I took everything up to where I zero and got set up to test out the zero and the different bullets. I set up a target at 70 yards and climbed on top of a large trailer with two tractor tyres perched on top of one another. I screwed home the T8 moderator and slid in the bolt flipped up the Butler Creeks and took a look at the target.
The wind was a gale quartering from the left at about 40miles an hour, buffeting the trailer and the tyres which shook in the wind.
I started with the Partizan’s and fired three shots, the wind buffeted the tyres and shooting was difficult. I walked up for a look while the gun cooled, not too bad one an inch low one half inch low and one right in the middle of the inch square bulls eye.
I walked back and reloaded with three of the Remington, I fired taking my time and with as much care as I could muster, it was very cold in the wind two rounds were clover leafed with the inch low Partizan and the third a little left and about an inch low and left of the bull centre.
Back I walked to the trailer and loaded with three of theBarnes home loads this is so far my usual hunting round and what the rifle was zeroed with a couple of years ago back in the south, when I had a brilliant day out with Deerwarden. I have tested the zero since of course.
I fired the first round and could see through the scope I had clipped the top of the bull dead on the centre line. I did not see the point firing any more.
I packed up the gear into the car and walked up the field.
All the bullets fired were within 2 inches of the centre of the target, I was content enough given the conditions. On picking up the bucket the target was stuck to it was immediately obvious that the Barnes had expanded hugely more that the Remi and the Partizan leaving a half inch wide hole in the back of the bucket.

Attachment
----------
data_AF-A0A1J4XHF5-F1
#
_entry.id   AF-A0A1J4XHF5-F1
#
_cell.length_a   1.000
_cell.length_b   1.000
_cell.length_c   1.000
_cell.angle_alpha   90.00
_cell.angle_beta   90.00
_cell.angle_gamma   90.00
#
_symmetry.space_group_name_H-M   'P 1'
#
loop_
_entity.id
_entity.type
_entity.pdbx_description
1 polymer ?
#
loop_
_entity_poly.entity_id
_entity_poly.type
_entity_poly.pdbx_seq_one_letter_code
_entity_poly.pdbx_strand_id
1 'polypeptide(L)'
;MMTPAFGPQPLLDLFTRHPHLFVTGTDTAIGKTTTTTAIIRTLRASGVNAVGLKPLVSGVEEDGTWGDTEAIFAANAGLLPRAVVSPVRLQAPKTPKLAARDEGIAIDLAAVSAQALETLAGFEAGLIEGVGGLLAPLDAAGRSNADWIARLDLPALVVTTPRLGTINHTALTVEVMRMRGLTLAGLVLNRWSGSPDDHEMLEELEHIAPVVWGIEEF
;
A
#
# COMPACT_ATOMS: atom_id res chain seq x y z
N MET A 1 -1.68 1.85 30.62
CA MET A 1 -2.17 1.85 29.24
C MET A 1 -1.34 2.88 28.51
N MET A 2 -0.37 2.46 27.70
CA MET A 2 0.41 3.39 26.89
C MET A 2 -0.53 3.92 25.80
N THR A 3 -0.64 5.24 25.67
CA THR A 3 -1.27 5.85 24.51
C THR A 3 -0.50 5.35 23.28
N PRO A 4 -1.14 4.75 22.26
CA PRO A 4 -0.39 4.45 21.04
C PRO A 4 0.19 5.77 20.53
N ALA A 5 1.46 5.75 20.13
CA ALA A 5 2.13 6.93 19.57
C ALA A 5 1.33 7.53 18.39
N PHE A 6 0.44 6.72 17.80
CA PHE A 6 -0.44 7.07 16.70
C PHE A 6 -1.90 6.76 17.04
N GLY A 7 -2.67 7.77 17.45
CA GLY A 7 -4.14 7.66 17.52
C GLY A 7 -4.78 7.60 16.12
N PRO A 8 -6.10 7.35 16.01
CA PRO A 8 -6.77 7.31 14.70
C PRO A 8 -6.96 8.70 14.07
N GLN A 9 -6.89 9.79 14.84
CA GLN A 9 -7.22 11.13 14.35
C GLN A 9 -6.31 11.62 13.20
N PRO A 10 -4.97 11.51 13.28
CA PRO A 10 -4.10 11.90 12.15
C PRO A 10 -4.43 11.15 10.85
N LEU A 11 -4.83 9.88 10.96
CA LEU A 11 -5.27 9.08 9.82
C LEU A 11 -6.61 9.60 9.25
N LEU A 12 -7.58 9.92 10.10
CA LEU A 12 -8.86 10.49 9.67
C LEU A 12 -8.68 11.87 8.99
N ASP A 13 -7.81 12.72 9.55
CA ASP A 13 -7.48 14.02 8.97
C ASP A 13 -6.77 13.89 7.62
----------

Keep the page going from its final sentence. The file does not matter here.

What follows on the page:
This gave me some food for thought, would it be better to use the Remi or Partizan on these solid animals for better penetration or will the home load powder drive the expanding brass hard hollow point bullet forever onward expanding as it went. I wasn’t shooting a bucket. It was also likely that the Barnes had clipped a piece of wood I had used to stiffen to top of the bucket and started to expand before exiting.
I felt ready for the task ahead, I knew I could hit the point of aim to a very satisfactory level, and the range would probably be 50 to seventy yards and that the .270 was adequate to the job and that the energy in the 130gr bullet was enough to cleanly dispatch a boar. The issue was identifying shot placement and after my research and advice I felt ready leaving head and neck aside to shoot right up tight to the shoulder low in the thorax or a quartering shot under the last rib forward for heart and lungs. Remember the follow through and shoot again if there is any doubt remembering not to get carried away and that every shot had to have the same consideration and level of safety particularly once the adrenaline was running. These were my thoughts on the drive home from the zeroing field.
Back at home I visited the shed and routed out my stalking clothes and after a bit of a tussle pulled out the Gortex liner for my jacket which had dropped behind the dog food bin, gloves, balaclava, DPM waterproof trousers, binoculars and sticks.
Next was the weather forecast, well it was not much different to today. Cold, wet and a westerly gale, but we had no choice of day or time. This was a job to be done and had to be completed that day. Four female boar had to be culled. Others had been removed by different means but the disturbance had rendered these four very wise and shy and further earlier attempts to move them had proved fruitless.
This was not purist boar hunting, but it was going to be done and I had been asked to help, having never shot boar it was a learning opportunity not to be missed. Providing shooting in a relatively controlled environment but with the difficulty of woodland shooting which while I have stalked woodland before had not actually fired. The boar would be there so shooting was pretty much guaranteed, unless as was the arrangement I called it off on the day which I was free to do for any reason.
I slept well and awoke to the alarm going off. I got ready made a drink and checked the pile of kit to go out to the car, everything was there. Stepping outside it was windy and cold overcast and looking like rain any minute.